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Quality System Maturity

16 September 2014

W. Garth Conrad
Vice President, Quality
Medtronic, Spinal





Does Compliance
guarantee Quality?
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Mission of Regulatory Agencies
Protect public health by ensuring:

Efficacy - the capacity for beneficial change (or
therapeutic effect) of a given intervention.

Safety a measure of the probability and severity of
an adverse outcome through use of a technology in a
given situation.

Quality conformance to pre-defined specifications,
in order to meet all customers expectations without
resulting in unforeseen inconveniences or
complications.

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Traditional Model for QMS
Translate
M Measure
E Everything
T That
R Results
I In
C Customer
S Satisfaction
Business Management System (BMS)
Key Process Indicators (KPI)
Establish
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Full Product Life-Cycle Risk Monitoring
Pre-
Market
Production
Post-
Market
Monitor KPIs:
New/Changes to processes
Nonconformance rate
Document changes
CAPA
Monitor KPIs:
Clinical data
Complaint rate
Distribution Incident rate
Customer Sentiment
Servicing rate

Monitor KPIs:
Clinical data (prospective)
New/changes to existing product
Therapy complication rate
Competitive complication rate
ISO 14971
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Case for Action - FDA
Source: FDA Medical Device 2012 Quality System Data Analysis of 2012 Inspection Observations and Warning Letter Cites
Source: CDRH Medical Device Recall Report, FY2003 to FY2012
Inspectional Observations
Medical Device Recalls
Efficacy
Safety
Quality
Efficacy
Safety
Quality
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KPI : Compliance to Regulations
Audit Findings
Monitoring and
Continuous Improvement
Cycle time of activities
(Age/Timeliness)
Activities comply with
procedures
Procedures reflect
requirements
Requirements known and
understood
Compliance Risk
Process Execution
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Type of audit finding is an indication of
Quality System Maturity

Consequences of an audit finding are
the same regardless of maturity level of
the quality system

Level of compliance is only valued to
the point where it does not negatively
impact business results
Source: FDA Medical Device 2012 Quality System Data Analysis
of 2012 Inspection Observations and Warning Letter Cites
Significant Enforcement Actions
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Compliance versus Quality
Priorities need to include:
Shift focus from compliance to
quality
Evolve the regulatory oversight
model to promote device quality
Enhance ability to measure quality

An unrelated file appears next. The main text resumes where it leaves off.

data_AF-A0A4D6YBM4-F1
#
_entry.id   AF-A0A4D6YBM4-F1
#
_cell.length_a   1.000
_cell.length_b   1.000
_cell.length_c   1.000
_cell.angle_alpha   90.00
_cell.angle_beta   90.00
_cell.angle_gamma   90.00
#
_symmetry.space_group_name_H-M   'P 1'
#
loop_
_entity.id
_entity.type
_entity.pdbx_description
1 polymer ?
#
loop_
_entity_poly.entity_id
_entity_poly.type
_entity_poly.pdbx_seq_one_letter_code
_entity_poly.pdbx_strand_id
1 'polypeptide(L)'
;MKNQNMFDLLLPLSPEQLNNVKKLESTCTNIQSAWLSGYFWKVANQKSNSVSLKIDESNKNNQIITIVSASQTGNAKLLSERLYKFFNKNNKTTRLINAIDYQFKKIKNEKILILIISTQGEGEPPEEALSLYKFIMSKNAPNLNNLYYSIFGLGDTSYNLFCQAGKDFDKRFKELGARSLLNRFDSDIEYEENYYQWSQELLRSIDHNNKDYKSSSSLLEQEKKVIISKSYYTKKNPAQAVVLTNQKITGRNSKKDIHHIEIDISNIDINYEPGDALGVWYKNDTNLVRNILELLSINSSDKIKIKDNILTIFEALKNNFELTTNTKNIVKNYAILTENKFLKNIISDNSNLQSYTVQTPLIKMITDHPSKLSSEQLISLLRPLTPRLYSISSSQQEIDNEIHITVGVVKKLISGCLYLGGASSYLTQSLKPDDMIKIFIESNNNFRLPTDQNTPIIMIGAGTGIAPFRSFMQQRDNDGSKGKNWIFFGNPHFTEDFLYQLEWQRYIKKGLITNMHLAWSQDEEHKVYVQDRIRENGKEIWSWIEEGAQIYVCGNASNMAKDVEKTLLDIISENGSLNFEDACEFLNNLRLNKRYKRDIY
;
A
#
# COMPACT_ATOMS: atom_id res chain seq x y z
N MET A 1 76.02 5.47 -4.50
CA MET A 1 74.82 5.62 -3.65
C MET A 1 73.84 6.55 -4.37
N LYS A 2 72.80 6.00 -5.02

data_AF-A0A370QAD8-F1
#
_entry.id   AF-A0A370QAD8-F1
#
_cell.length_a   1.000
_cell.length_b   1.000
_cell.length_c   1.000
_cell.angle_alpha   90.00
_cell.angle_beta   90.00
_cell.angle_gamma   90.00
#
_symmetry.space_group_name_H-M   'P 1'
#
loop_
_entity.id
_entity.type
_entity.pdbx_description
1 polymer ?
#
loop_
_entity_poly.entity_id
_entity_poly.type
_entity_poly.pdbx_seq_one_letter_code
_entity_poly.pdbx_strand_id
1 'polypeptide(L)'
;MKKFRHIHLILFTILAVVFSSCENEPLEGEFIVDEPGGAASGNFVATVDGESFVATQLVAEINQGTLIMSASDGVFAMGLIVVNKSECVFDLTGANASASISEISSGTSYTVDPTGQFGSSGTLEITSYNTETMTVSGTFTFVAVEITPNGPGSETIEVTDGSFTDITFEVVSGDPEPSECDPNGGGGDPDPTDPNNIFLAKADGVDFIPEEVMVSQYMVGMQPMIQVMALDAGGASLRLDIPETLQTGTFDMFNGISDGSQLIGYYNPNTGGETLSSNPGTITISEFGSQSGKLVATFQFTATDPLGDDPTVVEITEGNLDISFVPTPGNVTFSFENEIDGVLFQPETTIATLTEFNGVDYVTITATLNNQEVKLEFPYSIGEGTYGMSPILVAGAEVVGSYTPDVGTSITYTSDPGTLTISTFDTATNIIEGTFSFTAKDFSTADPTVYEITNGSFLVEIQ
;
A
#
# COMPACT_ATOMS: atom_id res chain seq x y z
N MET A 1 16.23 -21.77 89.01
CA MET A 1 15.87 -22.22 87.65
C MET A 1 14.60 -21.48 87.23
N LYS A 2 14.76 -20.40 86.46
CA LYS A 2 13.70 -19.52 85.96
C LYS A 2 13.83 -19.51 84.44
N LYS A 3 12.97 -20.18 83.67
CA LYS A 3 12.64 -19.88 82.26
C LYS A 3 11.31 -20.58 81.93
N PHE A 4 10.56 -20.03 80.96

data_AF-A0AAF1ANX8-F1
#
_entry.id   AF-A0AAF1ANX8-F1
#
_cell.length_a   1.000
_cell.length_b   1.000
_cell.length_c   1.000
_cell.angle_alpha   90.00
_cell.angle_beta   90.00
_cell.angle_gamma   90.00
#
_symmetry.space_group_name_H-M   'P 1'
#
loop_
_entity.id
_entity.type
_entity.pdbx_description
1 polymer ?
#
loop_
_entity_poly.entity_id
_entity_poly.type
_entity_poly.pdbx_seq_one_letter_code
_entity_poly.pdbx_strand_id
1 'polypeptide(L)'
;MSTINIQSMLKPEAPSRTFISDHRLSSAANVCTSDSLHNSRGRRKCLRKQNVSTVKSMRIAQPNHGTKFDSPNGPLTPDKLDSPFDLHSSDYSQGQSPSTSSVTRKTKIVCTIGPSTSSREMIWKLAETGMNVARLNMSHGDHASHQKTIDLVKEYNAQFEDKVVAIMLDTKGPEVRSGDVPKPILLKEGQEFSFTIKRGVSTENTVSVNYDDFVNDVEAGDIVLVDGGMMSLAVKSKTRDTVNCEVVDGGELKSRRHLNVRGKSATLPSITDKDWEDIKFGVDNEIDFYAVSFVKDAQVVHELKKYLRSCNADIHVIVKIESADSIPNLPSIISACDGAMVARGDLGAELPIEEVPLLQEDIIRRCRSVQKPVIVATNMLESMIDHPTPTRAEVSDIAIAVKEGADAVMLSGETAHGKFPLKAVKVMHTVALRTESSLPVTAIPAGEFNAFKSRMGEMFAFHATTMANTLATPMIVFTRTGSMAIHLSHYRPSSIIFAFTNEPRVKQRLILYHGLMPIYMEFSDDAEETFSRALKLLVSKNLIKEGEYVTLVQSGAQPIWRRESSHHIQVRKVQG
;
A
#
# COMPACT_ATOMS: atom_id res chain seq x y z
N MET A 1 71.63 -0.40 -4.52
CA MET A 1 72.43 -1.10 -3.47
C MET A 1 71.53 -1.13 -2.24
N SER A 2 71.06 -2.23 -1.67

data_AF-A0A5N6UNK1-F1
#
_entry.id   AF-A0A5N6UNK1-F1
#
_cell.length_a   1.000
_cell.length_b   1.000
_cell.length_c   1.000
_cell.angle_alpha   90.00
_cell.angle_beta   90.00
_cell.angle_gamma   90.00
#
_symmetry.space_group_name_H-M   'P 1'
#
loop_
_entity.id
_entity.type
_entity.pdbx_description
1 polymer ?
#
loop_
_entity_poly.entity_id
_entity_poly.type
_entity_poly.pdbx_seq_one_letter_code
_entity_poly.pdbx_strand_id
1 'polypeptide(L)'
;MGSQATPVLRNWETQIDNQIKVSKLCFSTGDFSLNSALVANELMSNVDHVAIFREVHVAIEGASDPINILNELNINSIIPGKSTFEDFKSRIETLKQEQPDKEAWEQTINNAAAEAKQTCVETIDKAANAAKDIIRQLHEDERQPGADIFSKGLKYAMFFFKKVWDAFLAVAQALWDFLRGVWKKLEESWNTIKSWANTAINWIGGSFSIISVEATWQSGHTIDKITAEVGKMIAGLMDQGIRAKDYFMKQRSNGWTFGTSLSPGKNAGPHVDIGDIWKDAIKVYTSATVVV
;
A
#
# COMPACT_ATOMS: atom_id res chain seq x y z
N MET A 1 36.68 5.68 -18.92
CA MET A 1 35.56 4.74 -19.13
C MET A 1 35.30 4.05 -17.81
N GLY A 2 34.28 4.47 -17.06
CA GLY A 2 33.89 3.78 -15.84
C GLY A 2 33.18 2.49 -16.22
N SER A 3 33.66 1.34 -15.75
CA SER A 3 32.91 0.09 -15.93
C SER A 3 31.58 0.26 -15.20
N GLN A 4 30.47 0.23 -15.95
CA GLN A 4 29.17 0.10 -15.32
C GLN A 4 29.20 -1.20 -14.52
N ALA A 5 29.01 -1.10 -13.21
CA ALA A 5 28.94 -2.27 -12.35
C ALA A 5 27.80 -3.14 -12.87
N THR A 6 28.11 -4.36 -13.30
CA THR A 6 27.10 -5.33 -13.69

and early indicators
Improving education and awareness
within industry

Attempts to improve quality are hindered by
challenges within the industry as well as specific
aspects of the Agency's regulatory approach.
Moving toward greater visibility into device quality
and properly aligning FDAs regulatory approach
will be important to catalyzing industry movement
towards improved device quality.
Source: FDA website
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What is Quality ?
Medical device quality
is the result of ensuring that
features and characteristics of a
product that define its ability to
consistently satisfy customer
needs are realized, and the
products:

are safe, effective, and provide
usability

achieve desired uniformity,
reliability, and performance

satisfy customer and user
requirements and expectations
regarding design, production,
delivery, and service.
Source: MDIC Case For Quality Engagement Model
Source: AdvaMed Working Group Case For Quality
Patient/User: Quality may be defined in terms of efficacy of the
therapy, e.g. does it restore health. It is also defined that use of
the product does not result in any secondary problems (e.g.
infection).

Doctors: Quality may be defined in terms of efficacy. However,
it is also viewed as products that prevent the Doctor from
making a mistake or do not cause unintended harm to the
patient.

Hospital: Quality may be defined as products that do not cause
unintended harm to the patient. It also includes products that
help to reduce the likelihood of secondary issues within the
hospital (e.g. quicker recovery times that reduce the likelihood
of secondary issues).

Payers: Quality may be defined by the cost-based efficacy of
the therapy (e.g. same or better results for less cost).

Regulators: Quality may be defined as products that reduce or
eliminate public health concerns (safety and efficacy) produced
by companies that are compliant with the regulations.
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KPI: Quality of Products
Recalls
Used by customers within
specification
Distributed within specification
Manufactured to specification
Customer Risk
Reliability of Design
Specification established
Design Specification
addresses Design Inputs
Customer Needs &
Use Conditions identified
Efficacy of
therapy/procedure/product
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Medical Device industry quality practices
are not as mature as other industries

Regulatory oversight does not
necessarily change based on Quality
of product

Level of Quality is only valued to the